The Sussex Spaniel's body is rectangular in shape and low to the ground. Due to its build, this breed is able to cover dense areas while in the field. This canine’s gait is described as slow but powerful. The Sussex Spaniel has loose skin with a feathered tail and legs, accompanied by a body that is muscular and massive. The eyes are hazel in color, large, with a soft gaze and the expression is that of a somber and frowning one. Its ears are thick, wavy-coated, and set relatively low. The skull of this hunter is described as moderately long with an indentation in the middle. A broad muzzle is squared when in profile angle. A golden-liver colored coat covers a neck that is short but slightly arched and the chest is round, deep, and white. Typically, the tail is docked from 5 to 7 inches and set low. Its shoulders are muscular and laid back and the forelegs are short and heavily boned. Both legs are straight and slightly bowed. 

Eye Color Possibilities
Hazel
Nose Color Possibilities
Brown
Coat Color Possibilities
Brown
Coat Length
Short Medium Long
Coat Density
Sparse Normal Dense
Coat Texture
Straight Wiry Wavy Curly Corded

Sussex Spaniel Breed Maintenance

The Sussex Spaniel requires regular grooming in order to maintain its wavy, feathered coat. Daily brushing is needed to reduce the risk of tangles. The Sussex Spaniel is a drool culprit and extra care should be taken with its coat to maintain hygiene. Bathing should be maintained between 6 to 8 weeks if necessary. This breed is not hypoallergenic and is considered an average shedder. The Sussex Spaniel does not have any significant smell but may become odorous if the coat is not kept clean due to drool. The nails of this active canine should be trimmed every 3 to 4 weeks to prevent overgrowth and injury. Ears should be wiped and cleaned weekly to remove debris and as well, teeth should be brushed regularly. The Sussex Spaniel is not considered high energy, but still requires daily exercise to maintain a happy, healthy lifestyle. Walks on a leash and play in the yard would make for an ideal activity. The breed would benefit from a warm environment and a fenced-in yard.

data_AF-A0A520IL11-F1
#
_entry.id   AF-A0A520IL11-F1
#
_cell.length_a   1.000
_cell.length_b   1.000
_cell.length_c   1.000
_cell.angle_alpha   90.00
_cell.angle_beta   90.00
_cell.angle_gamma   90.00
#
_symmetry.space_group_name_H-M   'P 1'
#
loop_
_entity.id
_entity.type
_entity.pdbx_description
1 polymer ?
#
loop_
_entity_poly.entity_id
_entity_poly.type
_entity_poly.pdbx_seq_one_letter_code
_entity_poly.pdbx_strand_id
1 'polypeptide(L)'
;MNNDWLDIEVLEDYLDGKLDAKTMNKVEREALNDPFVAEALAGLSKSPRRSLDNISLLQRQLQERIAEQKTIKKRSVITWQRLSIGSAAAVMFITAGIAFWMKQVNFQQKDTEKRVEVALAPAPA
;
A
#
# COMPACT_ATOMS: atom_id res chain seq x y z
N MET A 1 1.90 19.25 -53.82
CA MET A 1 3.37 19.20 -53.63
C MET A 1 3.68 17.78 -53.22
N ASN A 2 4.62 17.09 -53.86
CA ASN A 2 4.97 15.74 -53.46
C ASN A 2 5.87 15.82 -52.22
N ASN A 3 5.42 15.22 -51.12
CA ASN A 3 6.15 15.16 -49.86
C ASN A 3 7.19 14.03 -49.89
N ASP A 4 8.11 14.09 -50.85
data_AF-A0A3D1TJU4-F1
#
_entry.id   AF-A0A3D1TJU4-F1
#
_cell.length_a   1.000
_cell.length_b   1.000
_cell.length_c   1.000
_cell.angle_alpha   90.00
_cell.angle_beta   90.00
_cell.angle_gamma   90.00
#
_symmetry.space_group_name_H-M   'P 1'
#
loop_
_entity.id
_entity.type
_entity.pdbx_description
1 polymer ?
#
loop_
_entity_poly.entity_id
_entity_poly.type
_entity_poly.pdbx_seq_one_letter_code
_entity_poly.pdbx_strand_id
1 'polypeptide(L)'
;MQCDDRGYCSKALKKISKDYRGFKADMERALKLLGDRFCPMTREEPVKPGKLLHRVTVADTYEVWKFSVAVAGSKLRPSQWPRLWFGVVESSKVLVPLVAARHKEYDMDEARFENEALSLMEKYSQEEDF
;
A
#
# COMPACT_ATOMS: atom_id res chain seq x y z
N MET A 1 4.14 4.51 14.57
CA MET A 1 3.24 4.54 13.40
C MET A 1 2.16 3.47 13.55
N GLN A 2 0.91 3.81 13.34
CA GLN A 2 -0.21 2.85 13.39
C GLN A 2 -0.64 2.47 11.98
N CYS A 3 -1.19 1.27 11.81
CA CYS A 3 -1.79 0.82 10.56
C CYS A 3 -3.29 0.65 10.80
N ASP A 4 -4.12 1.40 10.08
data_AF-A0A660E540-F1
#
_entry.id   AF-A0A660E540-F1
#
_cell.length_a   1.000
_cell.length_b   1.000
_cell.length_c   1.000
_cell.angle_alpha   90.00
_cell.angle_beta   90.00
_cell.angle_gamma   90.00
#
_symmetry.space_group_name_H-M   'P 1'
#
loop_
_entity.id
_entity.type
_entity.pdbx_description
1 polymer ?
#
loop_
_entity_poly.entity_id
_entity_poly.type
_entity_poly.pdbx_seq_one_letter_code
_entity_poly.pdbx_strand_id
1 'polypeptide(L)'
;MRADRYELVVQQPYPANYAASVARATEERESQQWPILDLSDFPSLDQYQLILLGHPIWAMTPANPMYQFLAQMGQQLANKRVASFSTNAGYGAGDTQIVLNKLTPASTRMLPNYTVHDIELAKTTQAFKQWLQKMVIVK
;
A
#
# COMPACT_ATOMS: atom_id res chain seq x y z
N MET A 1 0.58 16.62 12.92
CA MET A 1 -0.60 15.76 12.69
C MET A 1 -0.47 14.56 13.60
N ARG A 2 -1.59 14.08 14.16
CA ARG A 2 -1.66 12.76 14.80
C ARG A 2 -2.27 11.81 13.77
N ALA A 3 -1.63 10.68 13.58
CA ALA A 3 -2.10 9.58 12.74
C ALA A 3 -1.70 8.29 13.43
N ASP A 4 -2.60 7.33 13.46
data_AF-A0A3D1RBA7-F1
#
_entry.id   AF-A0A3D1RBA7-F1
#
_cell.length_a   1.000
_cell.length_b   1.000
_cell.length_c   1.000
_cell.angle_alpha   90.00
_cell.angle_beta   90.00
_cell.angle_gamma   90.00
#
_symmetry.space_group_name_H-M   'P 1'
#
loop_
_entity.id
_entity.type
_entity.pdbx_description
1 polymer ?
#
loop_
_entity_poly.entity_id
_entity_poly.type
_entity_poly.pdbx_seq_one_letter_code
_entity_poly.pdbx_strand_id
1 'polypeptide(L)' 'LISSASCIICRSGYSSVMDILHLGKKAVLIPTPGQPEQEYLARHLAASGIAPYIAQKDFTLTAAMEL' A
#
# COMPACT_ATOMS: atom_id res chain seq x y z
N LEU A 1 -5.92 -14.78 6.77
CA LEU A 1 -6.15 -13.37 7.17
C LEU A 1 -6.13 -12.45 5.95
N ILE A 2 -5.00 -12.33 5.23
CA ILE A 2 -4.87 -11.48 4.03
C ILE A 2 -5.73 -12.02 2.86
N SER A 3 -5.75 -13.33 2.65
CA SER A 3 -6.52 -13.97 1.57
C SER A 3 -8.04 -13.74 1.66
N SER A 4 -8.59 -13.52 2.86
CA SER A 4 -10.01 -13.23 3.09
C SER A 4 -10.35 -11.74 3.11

Brushes for Sussex Spaniel
Pin Brush
Comb
Deshedder
Nail Clipper
Brushing Frequency
Daily Weekly Monthly

Sussex Spaniel Temperament

The Sussex Spaniel has a lower energy level than other Spaniels. The breed is considered an easy-going and friendly companion, ideal for families due to a calm demeanor with a cheerful disposition. This breed is skilled at hunting which may be hindered due to its knack for barking. This friendly dog loves people and enjoys children, faring well with other animals too, as long as it is trained at an early stage of development. This loving dog is patient with people in general and gives others a chance. The Sussex Spaniel does make an effective watchdog due to its determination to protect its family and may be hesitant towards other people when it is first introduced to them, but does warm up to them. The Sussex Spaniel is relatively easy to train and will often go along with the training as long as positive reinforcement is used. It is important to be patient and praise your dog when training.

Sussex Spaniel Activity Requirements


Activity Level
Low Medium High
Rec. Walk Mileage Per Week
8 miles
Minutes of Activity Per Day
60 minutes

Sussex Spaniel Food Consumption

Cups Per Day
2 cups
Daily Cost
$1.8 - $2
Monthly Cost
$52.5 - $60

Sussex Spaniel Height & Weight

6 Months
Height: 11 inches Weight: 30 lbs
Height: 11 inches Weight: 30 lbs
12 Months
Height: 12 inches Weight: 35 lbs
Height: 12 inches Weight: 35 lbs
18 Months
Height: 14 inches Weight: 40 lbs
Height: 14 inches Weight: 40 lbs

Sussex Spaniel Owner Experiences